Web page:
Target shooting suspect's son: "Mom, why did you do it?"

A Gwinnett County jury on Monday heard the son of accused murderer Joanna Hayes tearfully ask the following in a phone conversation recorded by police: "Mom, why did you do it?"

Hayes, 45, has been charged with shooting and killing her daughter-in-law, Heather Strube, 26, in a Target parking lot in Snellville on April 26, 2009. Prosecutors contend the Luthersville woman was disguised in a wig and mustache when she walked up to Strube, who was buckling her 18-month-old son into a car seat, and shot Strube in the head.

In the same phone conversation, Hayes repeatedly told her son that she didn't kill Strube, who was divorcing her son.

Prosecutors played a recorded phone conversation they said came a few weeks after the slaying, and minutes after Snellville Police detectives had showed the son, Steven Strube, a video from the Target parking lot. In the footage, a person in obvious disguise strides toward Heather Strube. The same person is seen walking away a few minutes later. The actual shooting was not captured on camera.

Strube's reaction to the video and subsequent conversation with his mother were played Monday during Hayes' murder trial. Strube can be heard crying on the phone the moment his mother answers. He tells her he has just seen the video.

"Mom, it looks like you. It looks just like you. Walks like you," Strube said, sobbing. "Why did you do it?"

Hayes replied, "I didn't, Steven."

Strube continued to press his mother, but her response stayed the same.

"Steven, what did I have to gain by doing that?" Hayes said.

Strube replied, "Mom, I don't know. Did you do it? Seriously, do not lie to me."

Hayes insists "Steven, no I did not."

The conversation ended a few minutes later with Hayes saying she had better go and put some clothes on because police were probably coming to arrest her.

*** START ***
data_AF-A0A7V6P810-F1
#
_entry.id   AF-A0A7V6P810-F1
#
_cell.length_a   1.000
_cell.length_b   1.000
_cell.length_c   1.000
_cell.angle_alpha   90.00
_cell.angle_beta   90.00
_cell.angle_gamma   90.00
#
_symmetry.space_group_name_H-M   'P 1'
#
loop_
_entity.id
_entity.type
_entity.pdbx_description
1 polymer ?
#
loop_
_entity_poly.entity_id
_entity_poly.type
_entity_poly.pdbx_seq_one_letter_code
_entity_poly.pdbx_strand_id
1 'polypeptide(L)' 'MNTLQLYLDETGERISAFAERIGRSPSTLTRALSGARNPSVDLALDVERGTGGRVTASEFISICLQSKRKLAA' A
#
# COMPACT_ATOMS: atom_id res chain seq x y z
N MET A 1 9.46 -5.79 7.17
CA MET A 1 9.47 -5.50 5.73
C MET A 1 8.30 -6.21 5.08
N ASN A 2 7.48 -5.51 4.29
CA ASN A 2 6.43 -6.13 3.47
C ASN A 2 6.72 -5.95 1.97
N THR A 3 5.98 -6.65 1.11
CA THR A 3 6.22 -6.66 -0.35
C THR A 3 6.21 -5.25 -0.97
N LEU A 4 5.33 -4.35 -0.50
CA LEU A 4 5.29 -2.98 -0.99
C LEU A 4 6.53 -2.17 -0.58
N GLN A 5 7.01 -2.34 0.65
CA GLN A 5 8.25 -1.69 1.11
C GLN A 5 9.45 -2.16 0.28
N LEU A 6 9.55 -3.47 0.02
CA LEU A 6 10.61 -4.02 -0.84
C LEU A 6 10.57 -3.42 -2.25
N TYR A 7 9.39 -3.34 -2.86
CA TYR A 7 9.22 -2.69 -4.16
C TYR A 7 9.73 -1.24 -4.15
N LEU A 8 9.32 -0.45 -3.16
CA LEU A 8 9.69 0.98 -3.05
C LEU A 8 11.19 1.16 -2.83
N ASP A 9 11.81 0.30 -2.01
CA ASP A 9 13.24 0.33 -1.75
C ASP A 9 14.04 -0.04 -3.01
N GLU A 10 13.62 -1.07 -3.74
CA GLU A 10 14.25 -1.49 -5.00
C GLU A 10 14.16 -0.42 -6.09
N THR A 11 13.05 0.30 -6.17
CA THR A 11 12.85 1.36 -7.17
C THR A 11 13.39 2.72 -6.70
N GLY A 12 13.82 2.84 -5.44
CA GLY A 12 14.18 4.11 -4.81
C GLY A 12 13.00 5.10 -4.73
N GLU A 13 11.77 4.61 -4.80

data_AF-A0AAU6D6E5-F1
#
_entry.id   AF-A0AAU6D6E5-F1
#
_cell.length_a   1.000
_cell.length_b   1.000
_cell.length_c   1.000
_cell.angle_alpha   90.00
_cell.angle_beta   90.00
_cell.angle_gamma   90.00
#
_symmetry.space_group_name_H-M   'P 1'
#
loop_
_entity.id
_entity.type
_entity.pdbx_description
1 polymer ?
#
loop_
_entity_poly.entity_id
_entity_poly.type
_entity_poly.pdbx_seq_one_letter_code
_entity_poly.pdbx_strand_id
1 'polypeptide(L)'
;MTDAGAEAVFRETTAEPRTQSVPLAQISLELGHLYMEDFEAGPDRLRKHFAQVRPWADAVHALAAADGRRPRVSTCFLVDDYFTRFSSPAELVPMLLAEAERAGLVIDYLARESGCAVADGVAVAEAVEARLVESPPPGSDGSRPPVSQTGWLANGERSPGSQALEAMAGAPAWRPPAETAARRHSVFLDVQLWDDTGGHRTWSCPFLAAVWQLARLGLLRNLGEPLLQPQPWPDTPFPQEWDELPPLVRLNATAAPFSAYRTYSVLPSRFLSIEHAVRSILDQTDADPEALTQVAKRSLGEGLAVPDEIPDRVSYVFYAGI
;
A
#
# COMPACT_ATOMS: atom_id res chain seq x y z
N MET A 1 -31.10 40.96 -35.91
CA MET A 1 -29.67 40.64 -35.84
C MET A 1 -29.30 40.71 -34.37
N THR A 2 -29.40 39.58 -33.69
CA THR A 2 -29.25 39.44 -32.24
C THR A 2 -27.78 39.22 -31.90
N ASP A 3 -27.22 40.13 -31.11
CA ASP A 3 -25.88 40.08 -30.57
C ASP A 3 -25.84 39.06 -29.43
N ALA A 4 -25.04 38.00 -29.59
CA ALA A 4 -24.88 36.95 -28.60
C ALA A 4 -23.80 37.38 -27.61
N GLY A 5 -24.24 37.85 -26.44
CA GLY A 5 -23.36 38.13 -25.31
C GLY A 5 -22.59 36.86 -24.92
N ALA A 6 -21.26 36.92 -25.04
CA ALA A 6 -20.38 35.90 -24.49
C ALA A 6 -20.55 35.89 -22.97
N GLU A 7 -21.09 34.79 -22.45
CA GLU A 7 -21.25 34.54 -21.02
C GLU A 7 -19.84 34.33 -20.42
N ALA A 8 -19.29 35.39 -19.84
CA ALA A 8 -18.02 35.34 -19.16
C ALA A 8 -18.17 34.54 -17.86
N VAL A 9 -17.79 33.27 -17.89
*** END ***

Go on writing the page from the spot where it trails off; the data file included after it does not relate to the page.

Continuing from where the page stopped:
Prosecutors said Hayes disliked her daughter-in-law and did not want Heather Strube to gain custody of her grandson in the impending divorce with her son.

Countering, defense attorneys said that Snellville Police locked onto Hayes as a suspect early on and never considered anyone else, and that Hayes is innocent.

During cross-examination from Hayes' defense attorney Kenneth Traub, Steven Strube told how he was an emotional person and reacted strongly to the video because police were repeatedly telling him, "It's her, isn't it?" He said the line of questioning broke down his resistance and confused him. He said now he does not believe his mother was the person shown on the video. When his telephone conversation was recorded, he said he was "about to have a nervous breakdown."

Said Steven Strube, "I started questioning everything my mother had done up to that day. I just questioned what all they had on them, wondering why they thought it was my mom so much."

Earlier in the day, jurors also heard testimony from Hope Przybylski, who said she grew up with Steven and Heather Strube in church and spent three or four evenings a week at Joanna Hayes' home. After reviewing surveillance footage of the suspected shooter aired on the news, Przybylski said she recognized the person as Hayes.

Przybylski said that Hayes was "very controlling" and that Heather Strube was fearful of her during the divorce. She said Heather Strube confided to her that she didn't feel physically safe around Hayes.

"Those were her exact words," Przybylski said. "She didn't know if Joanna would try to hurt her."